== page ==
ANHRI welcomes the Criminal Court ruling reversing the 2-year prison sentence against journalists in a publishing case

9 March, 2017

Cairo: 9 March, 2017

 The Arabic Network for Human Rights Information (ANHRI) welcomed today, the ruling of Kafr El Sheikh Criminal Court to reverse the two year prison sentence against Al-Wafd newspaper journalists, for allegedly insulting a public official in Kafr El-Sheikh municipality. The decision stated that the lawsuit filed by the secretary-general of Kafr El Sheikh against journalists “Ashraf Fathi el-Hadad” and “Mustafa Maa’rouf Ibrahim” against the backdrop of publishing an investigation in Al-Wafd regarding suspicions of corruption in Kafr el-Sheikh Municipality is not eligible for review by the court, because it was filed following a path other than the one stipulated by the law.

On December 8, 2015, the court sentenced the aforementioned journalists in absentia to two years in prison and a fine of ten thousand EGP each plus the criminal expenses, after they were referred by the public prosecutor to the court on charges of insulting a public official for carrying out his job by way of publishing.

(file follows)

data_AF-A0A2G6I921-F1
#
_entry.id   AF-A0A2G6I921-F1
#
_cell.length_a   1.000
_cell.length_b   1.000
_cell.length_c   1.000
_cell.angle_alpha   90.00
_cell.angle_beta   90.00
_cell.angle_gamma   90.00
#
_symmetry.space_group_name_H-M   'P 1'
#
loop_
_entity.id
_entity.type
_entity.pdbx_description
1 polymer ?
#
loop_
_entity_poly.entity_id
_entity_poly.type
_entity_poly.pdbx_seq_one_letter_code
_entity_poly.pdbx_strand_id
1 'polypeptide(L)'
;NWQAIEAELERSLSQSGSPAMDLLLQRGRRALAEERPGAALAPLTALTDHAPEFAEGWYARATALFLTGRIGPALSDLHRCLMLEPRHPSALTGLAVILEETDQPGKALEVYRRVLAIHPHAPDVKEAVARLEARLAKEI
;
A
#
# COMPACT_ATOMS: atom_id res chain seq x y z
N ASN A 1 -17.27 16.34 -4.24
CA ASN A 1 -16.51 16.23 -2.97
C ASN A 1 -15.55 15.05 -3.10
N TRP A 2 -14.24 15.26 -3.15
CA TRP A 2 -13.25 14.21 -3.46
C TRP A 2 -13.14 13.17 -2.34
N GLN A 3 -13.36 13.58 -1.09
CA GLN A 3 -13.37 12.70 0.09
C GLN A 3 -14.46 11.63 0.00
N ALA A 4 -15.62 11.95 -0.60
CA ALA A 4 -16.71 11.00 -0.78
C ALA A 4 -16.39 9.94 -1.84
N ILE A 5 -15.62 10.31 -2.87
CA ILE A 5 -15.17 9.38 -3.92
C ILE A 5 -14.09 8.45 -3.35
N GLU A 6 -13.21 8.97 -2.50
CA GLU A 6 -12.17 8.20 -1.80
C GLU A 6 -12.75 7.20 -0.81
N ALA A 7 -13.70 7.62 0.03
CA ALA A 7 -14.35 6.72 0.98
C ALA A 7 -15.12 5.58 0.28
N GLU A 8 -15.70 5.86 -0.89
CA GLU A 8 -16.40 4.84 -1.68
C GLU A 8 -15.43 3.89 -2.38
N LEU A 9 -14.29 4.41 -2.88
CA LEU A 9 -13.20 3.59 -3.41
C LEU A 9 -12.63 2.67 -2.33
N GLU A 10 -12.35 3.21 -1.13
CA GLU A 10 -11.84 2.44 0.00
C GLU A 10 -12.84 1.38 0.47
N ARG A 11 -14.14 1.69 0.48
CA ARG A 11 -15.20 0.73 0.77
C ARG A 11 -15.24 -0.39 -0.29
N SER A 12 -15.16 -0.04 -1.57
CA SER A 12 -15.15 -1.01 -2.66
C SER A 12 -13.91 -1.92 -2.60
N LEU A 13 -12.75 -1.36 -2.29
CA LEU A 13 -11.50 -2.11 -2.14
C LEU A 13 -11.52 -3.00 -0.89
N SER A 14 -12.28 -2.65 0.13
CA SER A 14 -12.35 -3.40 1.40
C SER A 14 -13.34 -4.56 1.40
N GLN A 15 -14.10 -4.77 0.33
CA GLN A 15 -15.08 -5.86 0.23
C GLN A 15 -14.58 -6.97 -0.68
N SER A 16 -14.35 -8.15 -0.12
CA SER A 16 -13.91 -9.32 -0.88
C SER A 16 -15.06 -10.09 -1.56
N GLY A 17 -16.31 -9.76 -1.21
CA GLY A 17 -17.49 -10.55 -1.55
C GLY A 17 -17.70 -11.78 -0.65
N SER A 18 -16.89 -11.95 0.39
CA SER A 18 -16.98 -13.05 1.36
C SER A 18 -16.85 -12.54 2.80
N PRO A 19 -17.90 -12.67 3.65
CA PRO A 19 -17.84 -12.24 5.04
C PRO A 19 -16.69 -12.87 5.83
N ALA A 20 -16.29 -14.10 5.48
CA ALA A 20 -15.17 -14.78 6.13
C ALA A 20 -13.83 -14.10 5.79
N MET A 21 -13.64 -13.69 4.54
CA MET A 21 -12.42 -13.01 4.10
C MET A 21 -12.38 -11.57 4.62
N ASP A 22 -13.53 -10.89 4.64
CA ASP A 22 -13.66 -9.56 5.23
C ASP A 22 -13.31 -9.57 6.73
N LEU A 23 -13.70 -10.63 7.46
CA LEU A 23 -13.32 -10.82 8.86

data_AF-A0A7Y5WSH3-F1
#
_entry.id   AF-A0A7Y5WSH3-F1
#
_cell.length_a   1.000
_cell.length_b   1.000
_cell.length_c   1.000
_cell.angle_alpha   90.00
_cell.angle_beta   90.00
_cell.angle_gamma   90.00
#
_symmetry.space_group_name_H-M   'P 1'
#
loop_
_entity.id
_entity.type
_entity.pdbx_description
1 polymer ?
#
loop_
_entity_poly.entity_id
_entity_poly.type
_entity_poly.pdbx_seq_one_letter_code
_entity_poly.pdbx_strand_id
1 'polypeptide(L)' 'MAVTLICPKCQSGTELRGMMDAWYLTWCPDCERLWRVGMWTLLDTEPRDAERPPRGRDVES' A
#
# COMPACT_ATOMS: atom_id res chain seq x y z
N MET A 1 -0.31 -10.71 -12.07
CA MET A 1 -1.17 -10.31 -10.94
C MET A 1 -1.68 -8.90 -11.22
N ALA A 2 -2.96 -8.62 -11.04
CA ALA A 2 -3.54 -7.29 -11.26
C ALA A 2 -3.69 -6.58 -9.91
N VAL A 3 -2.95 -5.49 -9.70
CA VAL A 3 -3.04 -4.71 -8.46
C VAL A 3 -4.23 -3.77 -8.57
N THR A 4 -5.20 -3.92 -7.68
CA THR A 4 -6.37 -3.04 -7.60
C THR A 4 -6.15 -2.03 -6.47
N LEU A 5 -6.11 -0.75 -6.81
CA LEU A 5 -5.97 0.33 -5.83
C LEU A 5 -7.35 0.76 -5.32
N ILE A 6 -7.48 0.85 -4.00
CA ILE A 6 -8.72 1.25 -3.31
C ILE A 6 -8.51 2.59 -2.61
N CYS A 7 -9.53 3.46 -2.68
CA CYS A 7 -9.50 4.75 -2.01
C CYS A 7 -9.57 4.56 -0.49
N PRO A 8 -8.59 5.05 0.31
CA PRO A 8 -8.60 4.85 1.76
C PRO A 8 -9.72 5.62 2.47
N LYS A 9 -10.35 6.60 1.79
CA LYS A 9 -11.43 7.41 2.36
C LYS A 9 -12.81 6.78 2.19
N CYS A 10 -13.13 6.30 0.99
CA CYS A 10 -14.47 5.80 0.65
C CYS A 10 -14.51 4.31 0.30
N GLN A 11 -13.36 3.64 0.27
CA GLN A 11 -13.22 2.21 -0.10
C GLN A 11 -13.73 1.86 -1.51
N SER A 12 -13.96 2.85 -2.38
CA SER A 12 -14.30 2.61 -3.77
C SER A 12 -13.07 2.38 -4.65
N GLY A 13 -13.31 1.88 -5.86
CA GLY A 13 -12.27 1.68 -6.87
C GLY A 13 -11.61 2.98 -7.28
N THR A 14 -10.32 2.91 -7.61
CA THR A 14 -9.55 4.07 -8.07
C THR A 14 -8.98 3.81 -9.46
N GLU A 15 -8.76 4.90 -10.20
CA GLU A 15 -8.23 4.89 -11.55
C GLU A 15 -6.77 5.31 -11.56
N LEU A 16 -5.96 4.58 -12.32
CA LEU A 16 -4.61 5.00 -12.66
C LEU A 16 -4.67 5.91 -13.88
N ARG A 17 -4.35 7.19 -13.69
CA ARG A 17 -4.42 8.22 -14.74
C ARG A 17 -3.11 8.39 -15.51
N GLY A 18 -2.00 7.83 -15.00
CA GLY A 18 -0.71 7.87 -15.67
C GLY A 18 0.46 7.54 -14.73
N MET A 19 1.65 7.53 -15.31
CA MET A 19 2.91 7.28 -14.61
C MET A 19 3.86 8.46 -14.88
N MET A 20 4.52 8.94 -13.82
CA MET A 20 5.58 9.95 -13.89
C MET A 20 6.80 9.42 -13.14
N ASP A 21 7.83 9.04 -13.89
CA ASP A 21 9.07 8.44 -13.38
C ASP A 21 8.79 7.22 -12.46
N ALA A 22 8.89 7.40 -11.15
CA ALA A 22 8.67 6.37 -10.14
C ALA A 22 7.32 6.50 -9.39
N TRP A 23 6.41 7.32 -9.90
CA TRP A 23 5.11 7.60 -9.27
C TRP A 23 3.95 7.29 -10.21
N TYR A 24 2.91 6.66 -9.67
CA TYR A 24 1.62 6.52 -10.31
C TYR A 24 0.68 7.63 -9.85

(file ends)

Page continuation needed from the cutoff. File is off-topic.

The incidents date back to August 27, 2013, after the journalists published an investigative report in Al-Wafd newspaper about suspicions of corruption in the corridors of Kafr El Sheikh municipality, following that, the general secretary of the municipality filed a lawsuit against the journalists, accusing them of insult and libel against him being a public servant, then the public prosecutor questioned them and referred them to the Criminal Court, which in turn handed them down a two-year prison sentence.

ANHRI’s lawyers applied for a re-trial, arguing that the lawsuit was filed following a path other than the one stipulated by the law, and that the first degree judgment did not take this into account, also that the right to criticize should be granted to journalists in matters of public interest, yesterday the Court ruled to reverse the conviction of the court of first instance.

ANHRI welcomes this decision, and emphasizes the importance of guaranteeing the right to criticize as a fundamental pillar of press freedom and the journalists’ right to freedom to disseminate news, as well as their right to express an opinion on matters of public interest. Moreover, if the state apparatus was really serious in its fight against corruption, it should address the corrupt rather than prosecute the journalists who shed the spotlight on corruption.

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